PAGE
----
Olivia Moore’s family is struggling to make ends meet during a drought. She decides to take matters into her own hands and take a job as a nanny for the local banker, widower Eli Whitman. When the town starts buzzing about her living in the banker’s home, they marry. Even though they both have feelings for each other, neither one knows it. Olivia focuses on transforming her new husband’s rambunctious children while Eli runs his bank and keeps the business private. As the romance begins to blossom, so does the suspense behind some crooked business dealings. Olivia has to risk losing her place in Eli’s life in order to save his business—and her family’s farm—from a potential scandal.
I enjoyed For Such a Time as This thoroughly! The characters were very real and relatable. The attention to detail allowed me to instantly jump into the setting. The main thing I loved about this book was how it mirrored the story of Esther in the Bible. It reminds us that we all have a calling, and no matter how big or small, it is important. We can all make a difference when we allow God to use us.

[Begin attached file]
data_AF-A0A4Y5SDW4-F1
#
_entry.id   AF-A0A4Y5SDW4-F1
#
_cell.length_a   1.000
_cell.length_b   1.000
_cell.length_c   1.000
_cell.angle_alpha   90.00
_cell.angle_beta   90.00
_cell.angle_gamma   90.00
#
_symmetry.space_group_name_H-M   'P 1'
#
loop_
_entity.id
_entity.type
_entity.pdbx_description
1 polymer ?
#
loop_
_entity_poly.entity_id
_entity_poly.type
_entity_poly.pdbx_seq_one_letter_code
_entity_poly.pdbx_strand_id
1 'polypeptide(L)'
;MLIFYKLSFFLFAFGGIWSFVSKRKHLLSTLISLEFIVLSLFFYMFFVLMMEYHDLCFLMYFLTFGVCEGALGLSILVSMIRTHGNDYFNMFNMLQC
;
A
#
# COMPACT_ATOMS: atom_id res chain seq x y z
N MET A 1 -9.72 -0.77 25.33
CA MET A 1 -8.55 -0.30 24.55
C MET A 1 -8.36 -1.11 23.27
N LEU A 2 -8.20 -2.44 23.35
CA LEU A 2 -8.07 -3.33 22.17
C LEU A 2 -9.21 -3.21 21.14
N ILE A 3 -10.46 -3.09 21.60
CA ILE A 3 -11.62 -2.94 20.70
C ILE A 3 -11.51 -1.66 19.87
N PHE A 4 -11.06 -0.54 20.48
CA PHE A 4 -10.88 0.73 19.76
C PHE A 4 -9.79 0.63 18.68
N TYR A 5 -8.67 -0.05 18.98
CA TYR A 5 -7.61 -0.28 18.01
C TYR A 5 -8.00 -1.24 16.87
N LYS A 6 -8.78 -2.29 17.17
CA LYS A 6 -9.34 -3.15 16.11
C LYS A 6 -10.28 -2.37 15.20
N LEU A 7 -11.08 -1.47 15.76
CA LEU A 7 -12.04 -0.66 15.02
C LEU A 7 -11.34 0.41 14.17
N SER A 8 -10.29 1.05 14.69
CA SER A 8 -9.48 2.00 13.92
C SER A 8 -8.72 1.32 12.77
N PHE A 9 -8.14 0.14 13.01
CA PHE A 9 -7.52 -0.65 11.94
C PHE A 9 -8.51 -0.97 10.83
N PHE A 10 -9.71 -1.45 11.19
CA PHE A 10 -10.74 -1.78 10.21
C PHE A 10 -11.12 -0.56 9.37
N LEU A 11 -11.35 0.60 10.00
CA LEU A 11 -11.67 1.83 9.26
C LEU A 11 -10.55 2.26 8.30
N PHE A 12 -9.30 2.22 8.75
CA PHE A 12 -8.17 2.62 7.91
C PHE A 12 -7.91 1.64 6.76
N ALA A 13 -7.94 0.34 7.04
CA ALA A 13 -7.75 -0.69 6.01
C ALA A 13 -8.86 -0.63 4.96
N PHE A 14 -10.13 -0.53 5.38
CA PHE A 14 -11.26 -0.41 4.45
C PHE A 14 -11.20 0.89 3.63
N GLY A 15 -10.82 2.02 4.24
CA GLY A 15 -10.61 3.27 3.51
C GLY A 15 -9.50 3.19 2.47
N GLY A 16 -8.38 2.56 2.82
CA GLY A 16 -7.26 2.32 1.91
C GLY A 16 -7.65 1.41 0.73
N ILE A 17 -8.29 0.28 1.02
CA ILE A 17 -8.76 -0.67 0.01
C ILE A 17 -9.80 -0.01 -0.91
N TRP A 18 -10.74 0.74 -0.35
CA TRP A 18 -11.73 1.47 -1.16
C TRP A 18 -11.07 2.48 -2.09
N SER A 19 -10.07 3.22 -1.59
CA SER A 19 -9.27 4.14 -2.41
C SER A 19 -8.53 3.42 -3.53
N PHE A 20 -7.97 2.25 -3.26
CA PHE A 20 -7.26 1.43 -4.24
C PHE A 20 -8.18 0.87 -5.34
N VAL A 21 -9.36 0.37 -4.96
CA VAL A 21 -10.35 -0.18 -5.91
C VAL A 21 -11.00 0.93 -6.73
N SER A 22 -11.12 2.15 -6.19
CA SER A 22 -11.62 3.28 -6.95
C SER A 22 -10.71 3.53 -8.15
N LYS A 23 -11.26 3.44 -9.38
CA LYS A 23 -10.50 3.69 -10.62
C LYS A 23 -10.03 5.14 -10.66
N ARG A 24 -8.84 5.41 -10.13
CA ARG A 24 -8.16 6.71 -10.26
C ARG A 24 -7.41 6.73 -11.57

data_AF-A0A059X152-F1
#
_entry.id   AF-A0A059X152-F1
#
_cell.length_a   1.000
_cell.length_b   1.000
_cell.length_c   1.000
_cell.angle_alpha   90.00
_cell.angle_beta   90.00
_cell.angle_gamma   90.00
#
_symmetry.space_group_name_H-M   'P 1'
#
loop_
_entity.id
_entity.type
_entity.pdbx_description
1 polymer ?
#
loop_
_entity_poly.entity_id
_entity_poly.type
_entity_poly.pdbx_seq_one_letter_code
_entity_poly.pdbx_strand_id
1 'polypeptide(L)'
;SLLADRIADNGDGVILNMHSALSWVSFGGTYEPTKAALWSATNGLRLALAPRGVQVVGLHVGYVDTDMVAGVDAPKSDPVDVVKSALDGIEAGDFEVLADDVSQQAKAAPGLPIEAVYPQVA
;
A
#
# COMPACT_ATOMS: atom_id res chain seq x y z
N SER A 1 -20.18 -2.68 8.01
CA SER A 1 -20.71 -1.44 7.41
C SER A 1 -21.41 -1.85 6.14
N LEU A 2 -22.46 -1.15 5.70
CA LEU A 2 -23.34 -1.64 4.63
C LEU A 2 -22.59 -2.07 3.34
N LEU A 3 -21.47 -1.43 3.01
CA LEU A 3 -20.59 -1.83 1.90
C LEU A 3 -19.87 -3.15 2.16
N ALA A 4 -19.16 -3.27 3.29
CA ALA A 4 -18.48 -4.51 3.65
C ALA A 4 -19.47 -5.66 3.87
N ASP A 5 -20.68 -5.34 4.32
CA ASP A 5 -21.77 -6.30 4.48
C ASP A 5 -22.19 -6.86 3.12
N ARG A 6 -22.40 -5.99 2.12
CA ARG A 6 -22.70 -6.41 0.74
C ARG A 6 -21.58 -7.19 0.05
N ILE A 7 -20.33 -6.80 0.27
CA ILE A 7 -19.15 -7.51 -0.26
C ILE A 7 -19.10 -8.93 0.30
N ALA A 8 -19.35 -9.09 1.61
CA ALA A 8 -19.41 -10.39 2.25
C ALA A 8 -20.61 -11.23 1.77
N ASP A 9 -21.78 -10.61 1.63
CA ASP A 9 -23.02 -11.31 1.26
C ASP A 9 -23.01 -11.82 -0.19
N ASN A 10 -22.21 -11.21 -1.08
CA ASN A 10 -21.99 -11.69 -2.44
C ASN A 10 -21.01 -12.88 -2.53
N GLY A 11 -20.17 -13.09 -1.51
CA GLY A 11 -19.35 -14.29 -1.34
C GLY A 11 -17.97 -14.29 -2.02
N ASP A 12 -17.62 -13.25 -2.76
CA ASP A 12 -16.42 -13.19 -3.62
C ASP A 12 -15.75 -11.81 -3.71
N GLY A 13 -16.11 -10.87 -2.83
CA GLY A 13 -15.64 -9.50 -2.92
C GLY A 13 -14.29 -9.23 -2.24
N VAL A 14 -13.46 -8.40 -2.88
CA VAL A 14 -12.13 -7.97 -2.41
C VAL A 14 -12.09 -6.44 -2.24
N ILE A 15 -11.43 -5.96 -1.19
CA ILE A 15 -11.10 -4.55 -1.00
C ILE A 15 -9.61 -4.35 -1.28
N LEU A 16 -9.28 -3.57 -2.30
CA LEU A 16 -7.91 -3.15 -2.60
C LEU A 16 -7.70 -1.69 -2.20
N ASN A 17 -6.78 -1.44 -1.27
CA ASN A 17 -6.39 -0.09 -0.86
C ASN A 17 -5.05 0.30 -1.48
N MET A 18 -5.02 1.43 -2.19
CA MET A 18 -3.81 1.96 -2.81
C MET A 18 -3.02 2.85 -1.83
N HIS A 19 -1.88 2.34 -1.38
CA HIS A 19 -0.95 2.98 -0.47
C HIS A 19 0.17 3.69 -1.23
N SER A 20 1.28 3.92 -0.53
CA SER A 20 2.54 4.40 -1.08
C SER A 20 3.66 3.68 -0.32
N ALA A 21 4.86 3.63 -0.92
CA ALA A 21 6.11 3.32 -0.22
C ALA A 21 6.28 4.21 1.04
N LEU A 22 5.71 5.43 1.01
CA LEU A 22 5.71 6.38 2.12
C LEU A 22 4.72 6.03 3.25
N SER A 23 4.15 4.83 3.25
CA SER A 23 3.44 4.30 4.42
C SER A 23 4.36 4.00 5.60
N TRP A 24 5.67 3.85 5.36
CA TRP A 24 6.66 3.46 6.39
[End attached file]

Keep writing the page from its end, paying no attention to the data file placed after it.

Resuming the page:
I received this book from the publisher in exchange for a review.
Drought has forced farmers around the small town of Bountiful in the Hope region of Oregon to mortgage their property. Then word comes of plans for a spur line to run through the area and join the railroad in nearby Milton. Folks with money see an opportunity to fill their coffers by buying farmland cheap then selling to the railroad for a profit. The Bank of Bountiful, owned by Eli Whitman, appears to be doing that, as well. Widowed two years earlier, Eli, with a son and daughter to raise, sought a hard-working, educated Christian woman to care for them and his home. Olivia Moore filled the bill, and as soon as Eli recognized her as an excellent investment, he offered her first employment then a marriage of convenience. While Olivia is an excellent choice, her large family gives Eli pause. He knows about the problems posed by in-laws, so he will do whatever it takes to avoid a repeat of his earlier experiences. When Papa tells Olivia the Moore family must move according to Eli’s terms for the new railroad line, she fears for their safety, since they’ll be homeless during winter. Where will they go? How will they survive? It is up to Olivia to convince her husband to renege on his demands, though she swore before their marriage she would stay out of his business.